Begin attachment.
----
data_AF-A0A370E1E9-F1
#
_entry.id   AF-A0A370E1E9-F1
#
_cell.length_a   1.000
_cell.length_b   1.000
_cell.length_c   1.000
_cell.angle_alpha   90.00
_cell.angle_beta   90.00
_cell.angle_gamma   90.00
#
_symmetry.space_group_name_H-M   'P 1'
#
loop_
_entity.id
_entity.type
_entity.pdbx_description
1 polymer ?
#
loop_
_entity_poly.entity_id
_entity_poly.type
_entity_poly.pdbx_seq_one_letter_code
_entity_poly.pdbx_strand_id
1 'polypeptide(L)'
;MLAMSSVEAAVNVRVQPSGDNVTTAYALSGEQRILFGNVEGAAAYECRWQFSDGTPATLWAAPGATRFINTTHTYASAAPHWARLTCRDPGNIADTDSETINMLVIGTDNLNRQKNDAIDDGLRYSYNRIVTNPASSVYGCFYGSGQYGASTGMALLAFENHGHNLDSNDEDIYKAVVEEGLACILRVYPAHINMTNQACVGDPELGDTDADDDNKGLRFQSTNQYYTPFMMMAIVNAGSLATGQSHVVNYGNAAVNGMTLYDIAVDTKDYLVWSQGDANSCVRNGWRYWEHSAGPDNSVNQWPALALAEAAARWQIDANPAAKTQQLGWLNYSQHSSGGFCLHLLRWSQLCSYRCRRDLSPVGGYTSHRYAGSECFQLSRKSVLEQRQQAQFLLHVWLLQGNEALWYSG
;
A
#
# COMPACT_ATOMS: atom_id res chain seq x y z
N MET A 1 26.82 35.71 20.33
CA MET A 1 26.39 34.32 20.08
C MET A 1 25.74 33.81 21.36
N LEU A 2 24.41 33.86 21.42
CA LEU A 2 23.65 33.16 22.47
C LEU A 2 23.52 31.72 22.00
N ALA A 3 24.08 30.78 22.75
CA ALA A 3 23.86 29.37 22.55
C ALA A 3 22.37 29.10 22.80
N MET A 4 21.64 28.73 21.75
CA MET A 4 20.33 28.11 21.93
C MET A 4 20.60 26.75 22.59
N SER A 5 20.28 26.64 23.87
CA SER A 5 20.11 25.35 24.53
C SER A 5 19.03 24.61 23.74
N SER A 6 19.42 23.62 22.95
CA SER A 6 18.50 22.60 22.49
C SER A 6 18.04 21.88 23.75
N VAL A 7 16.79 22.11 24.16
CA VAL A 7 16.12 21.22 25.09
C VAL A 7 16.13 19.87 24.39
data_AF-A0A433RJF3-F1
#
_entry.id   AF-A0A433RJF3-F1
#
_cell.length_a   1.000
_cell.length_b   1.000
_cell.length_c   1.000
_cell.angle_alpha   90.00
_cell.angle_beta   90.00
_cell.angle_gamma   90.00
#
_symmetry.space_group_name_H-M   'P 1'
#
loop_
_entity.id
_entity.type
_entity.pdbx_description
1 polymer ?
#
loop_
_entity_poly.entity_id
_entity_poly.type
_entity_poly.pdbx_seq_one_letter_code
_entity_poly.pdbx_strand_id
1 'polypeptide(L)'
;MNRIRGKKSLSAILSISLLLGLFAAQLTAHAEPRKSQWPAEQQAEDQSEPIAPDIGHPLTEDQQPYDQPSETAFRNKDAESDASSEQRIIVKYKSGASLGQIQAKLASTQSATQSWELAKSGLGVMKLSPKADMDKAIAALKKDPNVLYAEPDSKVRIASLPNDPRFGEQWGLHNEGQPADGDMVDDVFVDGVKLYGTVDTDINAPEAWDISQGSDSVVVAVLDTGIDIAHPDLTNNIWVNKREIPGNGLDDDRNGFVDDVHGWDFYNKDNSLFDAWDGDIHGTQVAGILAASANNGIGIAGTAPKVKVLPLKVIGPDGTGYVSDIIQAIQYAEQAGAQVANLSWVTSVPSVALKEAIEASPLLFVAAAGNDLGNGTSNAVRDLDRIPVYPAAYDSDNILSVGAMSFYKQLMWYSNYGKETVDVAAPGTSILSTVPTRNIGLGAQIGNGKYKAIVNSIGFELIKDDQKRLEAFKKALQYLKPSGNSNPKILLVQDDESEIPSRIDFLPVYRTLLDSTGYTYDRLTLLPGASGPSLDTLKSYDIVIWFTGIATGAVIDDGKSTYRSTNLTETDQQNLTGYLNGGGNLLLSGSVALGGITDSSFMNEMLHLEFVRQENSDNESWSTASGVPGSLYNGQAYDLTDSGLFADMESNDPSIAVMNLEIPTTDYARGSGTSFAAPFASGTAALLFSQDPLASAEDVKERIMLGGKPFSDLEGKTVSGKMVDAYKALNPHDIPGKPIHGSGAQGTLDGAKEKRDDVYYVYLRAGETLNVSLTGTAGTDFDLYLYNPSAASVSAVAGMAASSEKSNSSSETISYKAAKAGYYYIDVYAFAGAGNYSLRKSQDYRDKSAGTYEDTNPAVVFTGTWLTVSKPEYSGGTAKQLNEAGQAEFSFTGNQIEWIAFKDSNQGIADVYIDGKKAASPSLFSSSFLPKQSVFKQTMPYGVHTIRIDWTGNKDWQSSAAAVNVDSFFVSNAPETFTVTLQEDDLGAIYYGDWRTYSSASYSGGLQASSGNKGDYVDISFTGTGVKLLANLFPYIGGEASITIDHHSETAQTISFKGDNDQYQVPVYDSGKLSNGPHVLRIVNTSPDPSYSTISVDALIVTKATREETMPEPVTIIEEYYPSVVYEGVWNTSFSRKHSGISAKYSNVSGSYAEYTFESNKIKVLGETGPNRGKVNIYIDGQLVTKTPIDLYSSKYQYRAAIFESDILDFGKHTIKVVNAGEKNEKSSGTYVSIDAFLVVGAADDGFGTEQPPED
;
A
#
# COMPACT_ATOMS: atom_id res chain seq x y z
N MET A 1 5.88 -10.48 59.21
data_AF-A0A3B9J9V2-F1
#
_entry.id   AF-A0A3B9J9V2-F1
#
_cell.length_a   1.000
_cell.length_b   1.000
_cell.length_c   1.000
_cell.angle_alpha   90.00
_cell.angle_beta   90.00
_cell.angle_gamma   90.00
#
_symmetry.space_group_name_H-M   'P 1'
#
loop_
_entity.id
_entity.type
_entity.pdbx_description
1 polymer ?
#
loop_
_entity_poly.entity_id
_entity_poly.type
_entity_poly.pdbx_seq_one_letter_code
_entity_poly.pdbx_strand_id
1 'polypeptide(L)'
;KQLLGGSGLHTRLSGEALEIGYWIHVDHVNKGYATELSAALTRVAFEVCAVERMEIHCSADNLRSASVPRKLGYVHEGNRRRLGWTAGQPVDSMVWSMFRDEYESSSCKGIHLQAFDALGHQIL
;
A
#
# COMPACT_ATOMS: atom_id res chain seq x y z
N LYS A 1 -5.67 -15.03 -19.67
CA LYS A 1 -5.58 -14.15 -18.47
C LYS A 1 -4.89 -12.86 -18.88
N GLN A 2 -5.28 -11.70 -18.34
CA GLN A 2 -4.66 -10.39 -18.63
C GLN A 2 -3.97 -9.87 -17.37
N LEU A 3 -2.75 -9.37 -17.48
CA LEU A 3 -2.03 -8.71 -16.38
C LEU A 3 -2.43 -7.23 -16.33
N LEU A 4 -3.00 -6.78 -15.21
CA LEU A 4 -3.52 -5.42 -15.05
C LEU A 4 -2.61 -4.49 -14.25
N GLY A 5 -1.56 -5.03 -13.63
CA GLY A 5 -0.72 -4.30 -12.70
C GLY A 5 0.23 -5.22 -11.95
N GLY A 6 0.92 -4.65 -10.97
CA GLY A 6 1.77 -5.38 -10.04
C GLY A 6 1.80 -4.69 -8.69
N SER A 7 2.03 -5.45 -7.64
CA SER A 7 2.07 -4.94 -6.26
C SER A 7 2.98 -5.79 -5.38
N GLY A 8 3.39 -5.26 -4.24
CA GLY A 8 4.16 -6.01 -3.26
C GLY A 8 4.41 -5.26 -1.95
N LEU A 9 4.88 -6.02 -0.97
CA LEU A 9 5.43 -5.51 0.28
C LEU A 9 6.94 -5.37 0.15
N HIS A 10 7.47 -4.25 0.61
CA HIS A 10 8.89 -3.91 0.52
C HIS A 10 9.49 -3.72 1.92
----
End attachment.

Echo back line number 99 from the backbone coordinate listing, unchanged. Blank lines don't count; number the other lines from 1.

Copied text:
_entity.pdbx_description